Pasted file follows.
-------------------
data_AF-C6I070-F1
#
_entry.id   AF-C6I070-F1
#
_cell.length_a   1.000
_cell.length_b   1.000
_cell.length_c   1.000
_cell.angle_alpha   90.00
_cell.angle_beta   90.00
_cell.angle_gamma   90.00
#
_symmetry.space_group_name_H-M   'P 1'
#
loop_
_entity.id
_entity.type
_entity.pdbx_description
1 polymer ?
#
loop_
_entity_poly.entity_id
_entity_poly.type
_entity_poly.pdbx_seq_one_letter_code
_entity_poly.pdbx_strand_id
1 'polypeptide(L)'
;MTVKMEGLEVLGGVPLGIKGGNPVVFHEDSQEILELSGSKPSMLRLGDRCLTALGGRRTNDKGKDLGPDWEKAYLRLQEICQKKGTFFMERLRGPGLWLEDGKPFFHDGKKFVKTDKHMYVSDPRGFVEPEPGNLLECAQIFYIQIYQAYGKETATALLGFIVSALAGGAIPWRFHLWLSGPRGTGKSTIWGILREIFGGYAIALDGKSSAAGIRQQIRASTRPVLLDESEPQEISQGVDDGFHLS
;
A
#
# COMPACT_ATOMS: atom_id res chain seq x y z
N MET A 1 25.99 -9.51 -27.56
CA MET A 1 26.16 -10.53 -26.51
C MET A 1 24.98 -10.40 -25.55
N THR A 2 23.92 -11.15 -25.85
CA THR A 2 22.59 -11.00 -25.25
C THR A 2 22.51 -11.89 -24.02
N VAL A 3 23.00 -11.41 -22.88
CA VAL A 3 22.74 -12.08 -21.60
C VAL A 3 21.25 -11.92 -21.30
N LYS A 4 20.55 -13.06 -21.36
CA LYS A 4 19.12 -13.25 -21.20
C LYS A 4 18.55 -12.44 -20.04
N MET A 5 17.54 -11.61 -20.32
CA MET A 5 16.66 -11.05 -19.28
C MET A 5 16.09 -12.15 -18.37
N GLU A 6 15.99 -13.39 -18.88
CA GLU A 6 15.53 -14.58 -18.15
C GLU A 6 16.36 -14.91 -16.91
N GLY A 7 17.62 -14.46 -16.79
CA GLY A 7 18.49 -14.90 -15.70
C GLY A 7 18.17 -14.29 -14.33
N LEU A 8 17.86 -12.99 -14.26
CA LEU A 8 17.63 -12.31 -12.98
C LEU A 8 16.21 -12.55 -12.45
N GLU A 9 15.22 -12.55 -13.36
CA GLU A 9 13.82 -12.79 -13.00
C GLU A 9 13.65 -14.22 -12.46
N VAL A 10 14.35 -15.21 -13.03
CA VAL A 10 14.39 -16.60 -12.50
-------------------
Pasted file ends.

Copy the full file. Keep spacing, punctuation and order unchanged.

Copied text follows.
data_AF-C6I070-F1
#
_entry.id   AF-C6I070-F1
#
_cell.length_a   1.000
_cell.length_b   1.000
_cell.length_c   1.000
_cell.angle_alpha   90.00
_cell.angle_beta   90.00
_cell.angle_gamma   90.00
#
_symmetry.space_group_name_H-M   'P 1'
#
loop_
_entity.id
_entity.type
_entity.pdbx_description
1 polymer ?
#
loop_
_entity_poly.entity_id
_entity_poly.type
_entity_poly.pdbx_seq_one_letter_code
_entity_poly.pdbx_strand_id
1 'polypeptide(L)'
;MTVKMEGLEVLGGVPLGIKGGNPVVFHEDSQEILELSGSKPSMLRLGDRCLTALGGRRTNDKGKDLGPDWEKAYLRLQEICQKKGTFFMERLRGPGLWLEDGKPFFHDGKKFVKTDKHMYVSDPRGFVEPEPGNLLECAQIFYIQIYQAYGKETATALLGFIVSALAGGAIPWRFHLWLSGPRGTGKSTIWGILREIFGGYAIALDGKSSAAGIRQQIRASTRPVLLDESEPQEISQGVDDGFHLS
;
A
#
# COMPACT_ATOMS: atom_id res chain seq x y z
N MET A 1 25.99 -9.51 -27.56
CA MET A 1 26.16 -10.53 -26.51
C MET A 1 24.98 -10.40 -25.55
N THR A 2 23.92 -11.15 -25.85
CA THR A 2 22.59 -11.00 -25.25
C THR A 2 22.51 -11.89 -24.02
N VAL A 3 23.00 -11.41 -22.88
CA VAL A 3 22.74 -12.08 -21.60
C VAL A 3 21.25 -11.92 -21.30
N LYS A 4 20.55 -13.06 -21.36
CA LYS A 4 19.12 -13.25 -21.20
C LYS A 4 18.55 -12.44 -20.04
N MET A 5 17.54 -11.61 -20.32
CA MET A 5 16.66 -11.05 -19.28
C MET A 5 16.09 -12.15 -18.37
N GLU A 6 15.99 -13.39 -18.88
CA GLU A 6 15.53 -14.58 -18.15
C GLU A 6 16.36 -14.91 -16.91
N GLY A 7 17.62 -14.46 -16.79
CA GLY A 7 18.49 -14.90 -15.70
C GLY A 7 18.17 -14.29 -14.33
N LEU A 8 17.86 -12.99 -14.26
CA LEU A 8 17.63 -12.31 -12.98
C LEU A 8 16.21 -12.55 -12.45
N GLU A 9 15.22 -12.55 -13.36
CA GLU A 9 13.82 -12.79 -13.00
C GLU A 9 13.65 -14.22 -12.46
N VAL A 10 14.35 -15.21 -13.03
CA VAL A 10 14.39 -16.60 -12.50